This title sequence refers to the following designers and their titles: Georges Méliès – Un Voyage Dans La Lune, Saul Bass – Psycho, Maurice Binder – Dr. No, Stephen Frankfurt – To Kill A Mockingbird, Pablo Ferro – Dr. Strangelove, Richard Greenberg – Alien, Kyle Cooper – Seven, Danny Yount – Kiss Kiss Bang Bang / Sherlock Holmes.

 

As we remember to “tell ’em what we’re going to tell ’em,” we might recall that it was on this date in 1946 that the first Cannes Film Festival opened.  It had originally been scheduled for September, 1939 as an “answer” to the Venice Film Fest, which had become a propaganda vehicle for Mussolini and Hitler; but the outbreak of World War II occasioned a delay.

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The Show Food Movement…

Sean Joseph Patrick Carney – Joaquin Phoenix’s DONNER DANCE PARTY

Thirty-minute concept hip-hopera that tells the tale of the Donner Party’s ill-fated westward journey across the United States in the mid-nineteenth century, performed as Joaquin Phoenix. Featuring beats culled from a variety of popular hip-hop and visual accompaniment via an overhead projector.

Sean, in character

Readers in/passing through San Francisco can catch the performance, starting November 13 as part of “From Portland With Love,” at Live Work.

Muchas gracias to reader MKM for the tip…

As we prepare to compare it to other “dance interpretations of despair and cannibalism” (quoth MKM) that we have enjoyed, we might recall that it was on this date in 1923 that Adolph Hitler, Erich Ludendorff, and other heads of the Kampfbund launched the “Beer Hall Putsch“– an unsuccessful attempt to seize power in Munich, Bavaria and Germany.

If at first you don’t succeed…

Marienplatz in Munich during the Beer Hall Putsch (source)

Putting the “bust-er” in filibuster…

The Taiwanese Parliament, upholding the tradition that won it the igNobel Peace Prize in 1995, when their citation read:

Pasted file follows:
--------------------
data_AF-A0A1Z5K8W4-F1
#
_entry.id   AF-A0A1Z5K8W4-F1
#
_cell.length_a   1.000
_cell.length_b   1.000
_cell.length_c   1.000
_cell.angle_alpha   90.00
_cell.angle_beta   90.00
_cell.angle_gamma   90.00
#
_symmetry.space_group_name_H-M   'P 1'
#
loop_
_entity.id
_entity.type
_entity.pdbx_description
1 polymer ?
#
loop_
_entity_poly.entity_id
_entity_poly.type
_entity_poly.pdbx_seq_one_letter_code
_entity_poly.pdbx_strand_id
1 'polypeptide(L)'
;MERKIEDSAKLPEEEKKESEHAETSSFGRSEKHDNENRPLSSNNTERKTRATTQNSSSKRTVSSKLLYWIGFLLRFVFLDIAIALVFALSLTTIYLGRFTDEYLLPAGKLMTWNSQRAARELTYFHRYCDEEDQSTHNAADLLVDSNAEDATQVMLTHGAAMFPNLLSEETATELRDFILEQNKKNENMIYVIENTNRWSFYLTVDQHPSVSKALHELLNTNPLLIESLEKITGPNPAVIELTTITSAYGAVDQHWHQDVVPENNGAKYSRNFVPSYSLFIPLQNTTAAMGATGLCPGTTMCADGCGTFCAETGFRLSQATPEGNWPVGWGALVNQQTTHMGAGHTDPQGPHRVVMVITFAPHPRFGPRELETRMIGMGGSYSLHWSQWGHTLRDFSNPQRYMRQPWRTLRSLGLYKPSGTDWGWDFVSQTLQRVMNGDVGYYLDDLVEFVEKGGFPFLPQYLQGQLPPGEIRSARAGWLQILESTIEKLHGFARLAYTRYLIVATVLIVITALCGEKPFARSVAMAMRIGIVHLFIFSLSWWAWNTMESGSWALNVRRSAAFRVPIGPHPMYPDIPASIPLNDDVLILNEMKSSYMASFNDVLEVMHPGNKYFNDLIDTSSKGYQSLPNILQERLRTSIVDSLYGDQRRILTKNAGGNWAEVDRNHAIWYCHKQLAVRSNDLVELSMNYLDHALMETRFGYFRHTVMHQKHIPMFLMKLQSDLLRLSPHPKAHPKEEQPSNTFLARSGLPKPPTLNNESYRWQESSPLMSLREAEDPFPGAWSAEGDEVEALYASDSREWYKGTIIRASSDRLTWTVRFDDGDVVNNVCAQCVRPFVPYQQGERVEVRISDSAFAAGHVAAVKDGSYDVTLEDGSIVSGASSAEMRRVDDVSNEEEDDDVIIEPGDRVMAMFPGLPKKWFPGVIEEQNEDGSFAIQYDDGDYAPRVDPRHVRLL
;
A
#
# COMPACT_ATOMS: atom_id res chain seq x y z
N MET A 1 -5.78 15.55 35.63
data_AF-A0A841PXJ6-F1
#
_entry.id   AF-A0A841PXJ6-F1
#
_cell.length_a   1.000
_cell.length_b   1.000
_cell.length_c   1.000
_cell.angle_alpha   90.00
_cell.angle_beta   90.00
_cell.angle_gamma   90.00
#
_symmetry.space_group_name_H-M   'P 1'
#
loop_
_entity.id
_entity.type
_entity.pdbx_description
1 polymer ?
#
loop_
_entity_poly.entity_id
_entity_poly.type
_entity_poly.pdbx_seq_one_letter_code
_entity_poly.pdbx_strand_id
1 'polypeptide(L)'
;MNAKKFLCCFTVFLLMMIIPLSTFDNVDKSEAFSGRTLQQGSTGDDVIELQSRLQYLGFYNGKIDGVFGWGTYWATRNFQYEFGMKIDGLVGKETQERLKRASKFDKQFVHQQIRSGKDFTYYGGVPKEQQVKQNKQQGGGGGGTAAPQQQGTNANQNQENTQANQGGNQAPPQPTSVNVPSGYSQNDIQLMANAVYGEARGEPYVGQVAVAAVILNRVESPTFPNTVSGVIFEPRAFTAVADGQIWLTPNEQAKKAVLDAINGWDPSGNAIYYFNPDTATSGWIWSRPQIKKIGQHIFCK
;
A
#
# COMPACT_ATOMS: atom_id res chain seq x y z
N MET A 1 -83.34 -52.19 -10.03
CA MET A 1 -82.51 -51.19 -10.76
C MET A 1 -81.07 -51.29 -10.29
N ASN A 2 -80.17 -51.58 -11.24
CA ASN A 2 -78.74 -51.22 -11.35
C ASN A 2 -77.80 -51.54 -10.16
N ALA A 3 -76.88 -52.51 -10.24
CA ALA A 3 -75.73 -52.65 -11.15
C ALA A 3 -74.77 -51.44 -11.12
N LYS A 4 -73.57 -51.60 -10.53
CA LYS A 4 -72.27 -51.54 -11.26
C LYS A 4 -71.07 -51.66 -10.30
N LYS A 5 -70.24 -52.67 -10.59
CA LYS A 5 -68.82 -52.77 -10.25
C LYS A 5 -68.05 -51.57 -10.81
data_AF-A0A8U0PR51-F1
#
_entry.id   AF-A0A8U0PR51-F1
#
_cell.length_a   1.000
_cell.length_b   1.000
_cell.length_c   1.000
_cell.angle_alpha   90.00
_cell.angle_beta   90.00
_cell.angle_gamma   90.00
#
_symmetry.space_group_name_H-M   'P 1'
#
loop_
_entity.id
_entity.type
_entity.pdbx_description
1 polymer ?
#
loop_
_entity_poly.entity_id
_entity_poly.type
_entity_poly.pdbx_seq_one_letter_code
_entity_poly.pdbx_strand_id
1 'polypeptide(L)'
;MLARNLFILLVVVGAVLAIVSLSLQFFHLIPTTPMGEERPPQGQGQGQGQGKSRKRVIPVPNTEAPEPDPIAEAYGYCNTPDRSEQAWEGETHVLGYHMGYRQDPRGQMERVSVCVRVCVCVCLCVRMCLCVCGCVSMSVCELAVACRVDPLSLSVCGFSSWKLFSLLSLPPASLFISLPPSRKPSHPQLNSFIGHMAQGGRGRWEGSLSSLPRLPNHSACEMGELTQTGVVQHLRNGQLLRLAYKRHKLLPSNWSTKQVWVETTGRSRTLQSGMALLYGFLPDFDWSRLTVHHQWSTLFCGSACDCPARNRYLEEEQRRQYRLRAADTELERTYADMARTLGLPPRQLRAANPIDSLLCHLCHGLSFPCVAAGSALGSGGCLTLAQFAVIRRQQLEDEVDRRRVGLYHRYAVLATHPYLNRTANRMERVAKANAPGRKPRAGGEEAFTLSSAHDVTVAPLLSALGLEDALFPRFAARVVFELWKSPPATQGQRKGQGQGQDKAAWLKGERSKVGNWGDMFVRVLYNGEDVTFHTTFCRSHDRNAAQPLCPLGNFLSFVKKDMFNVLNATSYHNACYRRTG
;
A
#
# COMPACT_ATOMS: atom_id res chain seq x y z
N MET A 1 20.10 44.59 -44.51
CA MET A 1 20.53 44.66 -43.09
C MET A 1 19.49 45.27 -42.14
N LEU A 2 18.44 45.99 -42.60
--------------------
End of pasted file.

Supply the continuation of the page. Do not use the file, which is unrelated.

The Taiwan National Parliament, for demonstrating that politicians gain more by punching, kicking and gouging each other than by waging war against other nations.

As we prepare for the weigh-ins before the November elections, we might recall that it was on this date in in 1938 that Adolf Hitler, Benito Mussolini, French Premier Edouard Daladier, and British Prime Minister Neville Chamberlain signed the Munich Pact– and sealed the fate of Czechoslovakia, virtually handing it over to Germany.  Back in Britain, Chamberlain declared that the meeting had achieved “peace in our time.”

Rather, by formally ceding the Sudentenland, the Pact granted Hitler and the Nazi war machine 66 percent of Czechoslovakia’s coal, 70 percent of its iron and steel, and 70 percent of its electrical power, and thus, in short order, control of all of Czechoslovakia–  which, by the time Poland was invaded, a year later, had disappeared as an independent nation.

Chamberlain, who had thought Hitler’s territorial demands were “not unreasonable,” and Hitler, a “gentleman,” was ruined as a political leader.  He was hounded from office, to be replaced by Winston Churchill who later observed, relevantly to both subjects of this missive:

Many forms of Government have been tried and will be tried in this world of sin and woe. No one pretends that democracy is perfect or all-wise. Indeed, it has been said that democracy is the worst form of government except all those other forms that have been tried from time to time.
speech in the House of Commons (November 11, 1947)